Gov. Bev Perdue announced Wednesday that she would veto Senate Bill 9, which would repeal most of the Racial Justice Act.
In a statement released by her office, Perdue acknowledged her support for the death penalty, but said racial prejudice should not play a part in the process. Here’s more from her statement:
“I am vetoing Senate Bill 9 for the same reason that I signed the Racial Justice Act two years ago: it is simply unacceptable for racial prejudice to play a role in the imposition of the death penalty in North Carolina.”
“Finally, it is important to be clear that the Racial Justice Act does not allow anyone to be released from prison or seek parole. Both my own legal counsel and legal experts from across the State have assured me that even if an inmate succeeds on a claim under the Racial Justice Act, his sole remedy is life in prison without the possibility of parole — and even that would only occur if a judge first finds that racial discrimination played a significant role in the application of the death penalty.”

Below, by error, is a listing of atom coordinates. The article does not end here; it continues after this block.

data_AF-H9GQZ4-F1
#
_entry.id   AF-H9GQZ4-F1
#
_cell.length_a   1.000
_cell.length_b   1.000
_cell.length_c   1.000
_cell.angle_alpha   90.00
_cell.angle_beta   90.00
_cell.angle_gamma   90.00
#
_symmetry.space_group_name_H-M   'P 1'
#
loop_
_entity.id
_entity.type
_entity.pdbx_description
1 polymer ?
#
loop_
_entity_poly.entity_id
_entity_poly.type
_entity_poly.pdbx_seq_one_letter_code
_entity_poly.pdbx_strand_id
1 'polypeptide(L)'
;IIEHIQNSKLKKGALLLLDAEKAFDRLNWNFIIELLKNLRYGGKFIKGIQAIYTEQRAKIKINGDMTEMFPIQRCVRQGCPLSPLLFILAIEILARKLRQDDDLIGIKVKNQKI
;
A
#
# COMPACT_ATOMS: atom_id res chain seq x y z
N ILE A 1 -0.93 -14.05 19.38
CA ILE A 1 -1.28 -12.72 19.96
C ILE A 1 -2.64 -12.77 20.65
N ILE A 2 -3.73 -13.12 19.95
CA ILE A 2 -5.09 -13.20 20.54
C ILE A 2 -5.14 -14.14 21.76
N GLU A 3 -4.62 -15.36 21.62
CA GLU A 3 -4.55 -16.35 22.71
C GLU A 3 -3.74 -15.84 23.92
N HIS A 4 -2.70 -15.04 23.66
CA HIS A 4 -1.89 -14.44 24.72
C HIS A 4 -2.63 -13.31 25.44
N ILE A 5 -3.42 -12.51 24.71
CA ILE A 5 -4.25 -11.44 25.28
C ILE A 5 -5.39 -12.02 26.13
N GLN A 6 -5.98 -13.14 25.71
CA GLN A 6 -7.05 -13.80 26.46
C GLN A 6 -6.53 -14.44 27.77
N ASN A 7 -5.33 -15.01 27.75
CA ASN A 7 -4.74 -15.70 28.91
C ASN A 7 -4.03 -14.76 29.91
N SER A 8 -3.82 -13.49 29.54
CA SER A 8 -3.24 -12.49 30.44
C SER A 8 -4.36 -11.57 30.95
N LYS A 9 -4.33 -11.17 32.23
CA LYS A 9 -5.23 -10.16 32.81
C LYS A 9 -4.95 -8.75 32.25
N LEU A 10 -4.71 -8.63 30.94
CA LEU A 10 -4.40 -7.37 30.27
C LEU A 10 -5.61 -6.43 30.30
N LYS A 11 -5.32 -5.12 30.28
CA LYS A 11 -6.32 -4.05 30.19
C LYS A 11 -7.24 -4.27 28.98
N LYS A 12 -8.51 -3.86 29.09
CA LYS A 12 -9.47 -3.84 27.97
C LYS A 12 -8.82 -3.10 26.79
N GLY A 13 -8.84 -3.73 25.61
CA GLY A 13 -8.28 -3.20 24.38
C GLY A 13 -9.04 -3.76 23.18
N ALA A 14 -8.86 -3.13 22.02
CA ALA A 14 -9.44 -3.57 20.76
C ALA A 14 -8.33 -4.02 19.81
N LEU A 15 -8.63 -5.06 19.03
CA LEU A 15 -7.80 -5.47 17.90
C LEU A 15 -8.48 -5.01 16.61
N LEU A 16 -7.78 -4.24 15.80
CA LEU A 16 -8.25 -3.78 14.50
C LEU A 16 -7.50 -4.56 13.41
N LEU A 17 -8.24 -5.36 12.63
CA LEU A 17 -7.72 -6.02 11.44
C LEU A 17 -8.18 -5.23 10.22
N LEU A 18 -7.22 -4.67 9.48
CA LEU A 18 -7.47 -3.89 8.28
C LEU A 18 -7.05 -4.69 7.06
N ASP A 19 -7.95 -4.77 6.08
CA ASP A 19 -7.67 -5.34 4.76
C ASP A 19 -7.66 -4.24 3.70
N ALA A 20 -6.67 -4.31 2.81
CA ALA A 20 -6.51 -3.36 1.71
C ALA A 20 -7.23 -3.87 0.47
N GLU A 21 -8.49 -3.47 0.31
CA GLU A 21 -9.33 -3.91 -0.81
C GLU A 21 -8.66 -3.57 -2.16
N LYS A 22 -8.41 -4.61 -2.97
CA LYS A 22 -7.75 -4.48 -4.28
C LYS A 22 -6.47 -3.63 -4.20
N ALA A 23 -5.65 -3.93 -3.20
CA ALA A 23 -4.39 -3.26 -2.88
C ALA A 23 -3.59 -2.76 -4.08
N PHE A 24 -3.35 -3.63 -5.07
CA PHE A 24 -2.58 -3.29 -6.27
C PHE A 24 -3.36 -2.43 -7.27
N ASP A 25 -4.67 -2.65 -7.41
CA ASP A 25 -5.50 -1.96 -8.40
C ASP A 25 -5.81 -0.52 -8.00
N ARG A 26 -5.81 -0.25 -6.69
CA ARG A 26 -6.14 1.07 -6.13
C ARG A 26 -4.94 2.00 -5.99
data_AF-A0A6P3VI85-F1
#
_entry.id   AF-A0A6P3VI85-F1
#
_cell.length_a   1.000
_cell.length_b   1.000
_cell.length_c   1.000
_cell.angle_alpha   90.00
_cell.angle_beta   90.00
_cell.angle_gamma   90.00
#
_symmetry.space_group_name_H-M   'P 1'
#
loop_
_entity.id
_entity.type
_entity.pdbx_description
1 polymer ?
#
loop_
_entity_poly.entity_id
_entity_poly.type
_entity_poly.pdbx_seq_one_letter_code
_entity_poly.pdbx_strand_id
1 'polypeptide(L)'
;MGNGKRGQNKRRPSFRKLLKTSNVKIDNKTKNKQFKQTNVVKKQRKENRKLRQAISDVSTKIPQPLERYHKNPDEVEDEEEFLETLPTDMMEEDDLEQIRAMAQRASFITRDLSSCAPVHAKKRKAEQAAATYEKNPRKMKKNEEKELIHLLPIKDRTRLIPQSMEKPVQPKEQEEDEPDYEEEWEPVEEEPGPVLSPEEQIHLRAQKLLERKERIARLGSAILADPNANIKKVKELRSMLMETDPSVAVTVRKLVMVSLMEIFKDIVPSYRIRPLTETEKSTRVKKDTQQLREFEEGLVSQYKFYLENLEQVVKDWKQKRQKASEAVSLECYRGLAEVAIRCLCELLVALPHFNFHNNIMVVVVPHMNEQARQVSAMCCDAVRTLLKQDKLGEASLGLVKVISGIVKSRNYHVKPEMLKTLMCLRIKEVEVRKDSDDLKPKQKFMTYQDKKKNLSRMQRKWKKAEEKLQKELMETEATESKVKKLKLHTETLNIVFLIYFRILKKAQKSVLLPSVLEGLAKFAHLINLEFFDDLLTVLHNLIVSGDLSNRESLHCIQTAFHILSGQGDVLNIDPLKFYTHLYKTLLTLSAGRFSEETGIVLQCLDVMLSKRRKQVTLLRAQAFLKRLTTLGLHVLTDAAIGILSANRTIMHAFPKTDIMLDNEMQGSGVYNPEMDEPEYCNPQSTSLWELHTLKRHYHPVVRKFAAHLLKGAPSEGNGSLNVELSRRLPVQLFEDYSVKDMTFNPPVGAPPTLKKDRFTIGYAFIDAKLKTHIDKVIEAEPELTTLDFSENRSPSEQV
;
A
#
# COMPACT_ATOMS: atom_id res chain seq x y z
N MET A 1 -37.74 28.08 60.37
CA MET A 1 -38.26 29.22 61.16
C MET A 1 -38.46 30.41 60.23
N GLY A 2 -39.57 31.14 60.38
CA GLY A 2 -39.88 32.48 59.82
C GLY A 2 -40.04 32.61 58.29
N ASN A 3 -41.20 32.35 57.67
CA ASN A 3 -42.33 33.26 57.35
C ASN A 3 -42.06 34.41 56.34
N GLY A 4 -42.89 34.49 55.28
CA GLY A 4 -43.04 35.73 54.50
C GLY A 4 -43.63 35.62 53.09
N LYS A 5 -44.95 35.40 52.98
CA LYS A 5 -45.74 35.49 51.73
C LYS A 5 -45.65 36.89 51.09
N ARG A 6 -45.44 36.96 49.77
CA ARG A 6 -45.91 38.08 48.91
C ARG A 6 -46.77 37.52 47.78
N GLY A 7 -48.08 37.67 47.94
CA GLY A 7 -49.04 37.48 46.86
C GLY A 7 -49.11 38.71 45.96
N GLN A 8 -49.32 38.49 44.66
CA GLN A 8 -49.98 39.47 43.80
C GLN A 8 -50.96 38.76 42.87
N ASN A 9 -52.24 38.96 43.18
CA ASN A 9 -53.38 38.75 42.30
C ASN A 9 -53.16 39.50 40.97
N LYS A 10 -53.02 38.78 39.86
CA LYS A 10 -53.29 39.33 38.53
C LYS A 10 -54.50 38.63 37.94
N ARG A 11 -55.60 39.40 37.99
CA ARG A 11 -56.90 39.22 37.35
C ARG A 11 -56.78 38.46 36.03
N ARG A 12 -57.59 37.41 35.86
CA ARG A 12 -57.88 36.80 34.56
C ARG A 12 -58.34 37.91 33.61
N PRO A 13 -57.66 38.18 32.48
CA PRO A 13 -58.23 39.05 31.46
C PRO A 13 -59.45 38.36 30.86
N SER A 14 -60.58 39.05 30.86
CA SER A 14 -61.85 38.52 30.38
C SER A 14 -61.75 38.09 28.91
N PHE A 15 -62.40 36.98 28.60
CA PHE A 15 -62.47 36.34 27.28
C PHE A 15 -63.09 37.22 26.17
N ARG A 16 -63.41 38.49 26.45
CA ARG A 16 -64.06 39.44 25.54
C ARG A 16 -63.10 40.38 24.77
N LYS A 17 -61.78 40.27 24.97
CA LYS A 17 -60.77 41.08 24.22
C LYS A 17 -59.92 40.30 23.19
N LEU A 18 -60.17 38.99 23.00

The governor must now call legislators back into session, giving them the opportunity to vote on a potential override. No date has been set for such a session, but it would likely occur after the first of the year.
Rep. Joe Hackney praised Perdue for “taking a strong stand for justice with her veto.”
House Speaker Thom Tillis said he was “disappointed” by the decision:
“By vetoing this bill, the Governor has turned her back on the families of victims across this state and a vast majority of prosecutors who need every available resource to crack down on violent criminals.”